It is my hope that in sharing this story those who enjoy the Pearls of the Mall can consider some etiquette while on the mall and compensate those who share their talents, realizing that for many this is how they earn their living in life, and if you enjoy it, and value it, compensate it.

Lexi Delplo/Boulder

Donating to ‘conservation’

While at the checkout counter at Cabela’s, I was asked if I would like to make an 82-cent donation to conservation. I asked where the money would go and what it would support. She pointed me to a list of companies on organizations were the National Rifle the board before the exit. Two of these Association (NRA) and the Congressional Sportsmen Foundation. Both of these organizations lobby Congress on behalf of the gun and ammunition manufacturers of this country, under the guise of protecting Americans’ Second Amendment rights.

The Congressional Sportsmen Foundation opposes restrictions on high-capacity ammunition magazines, a ban on military-style AR-15 rifles and the imprinting of bullets with traceable serial numbers to help solve crimes. The Congressional Sportsmen Foundation’s board has included top executives of Freedom Group, the largest American maker of firearms, and ATK, the country’s biggest producer of ammunition. In 2010, the foundation disclosed that its most generous donor in its history was the gun industry’s trade association. Many of the galas, banquets and Congressional shootouts hosted by the Congressional Sportsmen Foundation are sponsored by the NRA, Cabela’s, Wal-Mart, Georgia Pacific (Koch Brothers owned) among others.

Are these organizations the new face of conservation? Foolishly I was thinking of organizations that would help to protect and preserve open space, clean water, clean air, etc. Sen. Christopher S. Murphy, a Democrat from Connecticut, said the NRA’s “association with the sportsmen’s foundation plays up this mythology that they speak for sportsmen when, increasingly they don’t. They represent views that help gun manufacturers.”

If we follow the money and see who is financing these organizations, as well as organizations like the NRA that sponsor them, then we will know their true intent. Cabela’s has made their intent clear.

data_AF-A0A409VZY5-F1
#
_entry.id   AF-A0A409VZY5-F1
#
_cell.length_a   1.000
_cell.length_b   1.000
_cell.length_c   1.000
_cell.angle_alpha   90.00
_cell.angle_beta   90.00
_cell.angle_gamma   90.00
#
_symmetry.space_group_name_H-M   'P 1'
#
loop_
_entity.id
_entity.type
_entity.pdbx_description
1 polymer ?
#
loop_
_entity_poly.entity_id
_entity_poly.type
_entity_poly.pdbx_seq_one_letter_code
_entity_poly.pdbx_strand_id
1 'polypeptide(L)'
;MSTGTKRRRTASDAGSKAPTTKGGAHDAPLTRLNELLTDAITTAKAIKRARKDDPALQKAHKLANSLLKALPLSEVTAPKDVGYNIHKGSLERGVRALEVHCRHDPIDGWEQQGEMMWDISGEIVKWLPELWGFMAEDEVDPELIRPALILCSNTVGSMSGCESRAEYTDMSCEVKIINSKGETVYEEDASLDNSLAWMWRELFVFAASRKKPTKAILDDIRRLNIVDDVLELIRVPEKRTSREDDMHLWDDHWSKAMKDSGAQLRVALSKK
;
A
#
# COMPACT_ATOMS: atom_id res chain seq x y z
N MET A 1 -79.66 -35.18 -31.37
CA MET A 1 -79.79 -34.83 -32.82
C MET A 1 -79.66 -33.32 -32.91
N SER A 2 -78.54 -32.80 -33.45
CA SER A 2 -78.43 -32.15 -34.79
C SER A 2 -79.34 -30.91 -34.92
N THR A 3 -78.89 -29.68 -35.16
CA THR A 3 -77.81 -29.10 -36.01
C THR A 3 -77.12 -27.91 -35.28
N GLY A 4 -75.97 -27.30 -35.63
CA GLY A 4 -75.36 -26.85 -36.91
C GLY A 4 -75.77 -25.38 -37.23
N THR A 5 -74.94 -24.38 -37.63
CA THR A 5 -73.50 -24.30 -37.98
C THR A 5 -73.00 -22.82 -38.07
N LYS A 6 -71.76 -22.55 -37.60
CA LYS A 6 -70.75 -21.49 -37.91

Brian Litwin/Longmont

Natural disasters and pets

As the flash floods that engulfed Boulder attest, natural disasters often strike with little or no warning. That’s why it’s vital to make emergency plans now to protect all members of our families, including our animals.

Animals are even less equipped to survive a disaster than we are, so it’s vital to never leave them behind in an evacuation. Before an emergency strikes, find places where you can stay with your animals if you must evacuate (friends, family and hotels are good options).

Have an emergency kit ready to go so you can leave at a moment’s notice. Include leashes, bowls, towels, blankets, litter pans and litter, and at least a week’s supply of food and medications. Always keep animals current on vaccinations and ensure they wear collars with identification tags.

If you have no choice but to leave animals behind, leave them indoors, with access to upper floors and at least 10 days’ worth of dry food and water (fill sinks and multiple containers). Never leave animals tied up or caged. Place signs in windows and on doors indicating the number and species of animals inside — rescue teams may be able to save them.

Lindsay Pollard-Post, The PETA Foundation/Norfolk, Va.

To bomb or not to bomb

How do I reconcile my initial, fearful, aggressive norm of consciousness that tells me to attack, punish or kill the killer(s) … with the deep realization that violence only begets more violence? Do I do nothing? Do I disengage by letting others take care of it? Do I put my own life on the line for what I believe in? Do I support the bombing out of my personal fear?

If I hold the position of an acknowledged world leader with a voice that would be carried to we the people of this planet … words that would reach beyond violence, knowing that war begets war, what would those words be? That violence will prevail when we allow our fears to control our actions. That it is time to find another way. That the present evolution of our human nature allows for an expansive awareness which allows for creative solutions.

As world leader, I would propose that we respond with the consciousness that we now have available to us. A consciousness that understands and accepts our interdependence with all others on the planet. That, we who know this to be true, refuse violence and come together to take up this greatest opportunity we have to act of a broader, more expansive view of what it means to be human. We would together consider what is truly in our best interest as an evolving human race, not in the interests of military might, political power or profit-making. Our considerations would recognize our personal fears but not be driven by them.

It would mean that we would have to step out of survival and self-interests and look to the greater good. This kind of working together demands a change in the way we have been doing things for millenniums.

David Krest/Marvel

Eminem for laureate

I humbly nominate Marshall Mathers for the Nobel Prize in Literature.

Jason S. Clark/Boulder